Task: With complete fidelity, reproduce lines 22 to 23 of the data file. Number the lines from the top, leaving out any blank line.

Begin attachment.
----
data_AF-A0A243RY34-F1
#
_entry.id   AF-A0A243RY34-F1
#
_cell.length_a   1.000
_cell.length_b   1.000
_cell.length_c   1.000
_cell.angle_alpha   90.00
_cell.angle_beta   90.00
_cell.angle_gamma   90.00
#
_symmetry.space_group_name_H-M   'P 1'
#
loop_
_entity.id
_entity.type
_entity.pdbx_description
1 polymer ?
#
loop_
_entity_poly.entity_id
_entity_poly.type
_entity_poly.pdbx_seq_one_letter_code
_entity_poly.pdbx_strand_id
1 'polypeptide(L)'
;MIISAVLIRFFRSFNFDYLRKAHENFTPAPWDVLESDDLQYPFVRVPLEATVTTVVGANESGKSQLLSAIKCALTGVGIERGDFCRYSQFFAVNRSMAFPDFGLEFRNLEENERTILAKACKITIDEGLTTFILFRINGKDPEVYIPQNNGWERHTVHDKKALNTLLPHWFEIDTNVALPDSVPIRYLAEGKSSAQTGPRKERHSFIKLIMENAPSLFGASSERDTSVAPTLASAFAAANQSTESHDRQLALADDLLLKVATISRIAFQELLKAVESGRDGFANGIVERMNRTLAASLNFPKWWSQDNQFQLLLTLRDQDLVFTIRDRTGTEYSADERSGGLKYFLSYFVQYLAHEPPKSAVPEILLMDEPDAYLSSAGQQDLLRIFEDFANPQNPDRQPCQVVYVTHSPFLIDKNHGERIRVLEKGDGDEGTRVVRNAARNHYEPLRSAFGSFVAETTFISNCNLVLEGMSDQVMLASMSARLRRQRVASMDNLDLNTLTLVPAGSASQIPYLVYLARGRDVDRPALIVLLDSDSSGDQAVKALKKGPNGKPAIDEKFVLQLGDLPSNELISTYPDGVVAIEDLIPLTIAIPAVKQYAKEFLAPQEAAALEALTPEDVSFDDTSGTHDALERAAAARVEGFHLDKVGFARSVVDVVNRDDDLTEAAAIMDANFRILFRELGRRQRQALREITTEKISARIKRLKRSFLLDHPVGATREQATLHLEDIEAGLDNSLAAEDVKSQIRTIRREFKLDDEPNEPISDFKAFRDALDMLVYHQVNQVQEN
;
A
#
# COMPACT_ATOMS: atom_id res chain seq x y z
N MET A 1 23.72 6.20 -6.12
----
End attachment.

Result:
_entity_poly.type
_entity_poly.pdbx_seq_one_letter_code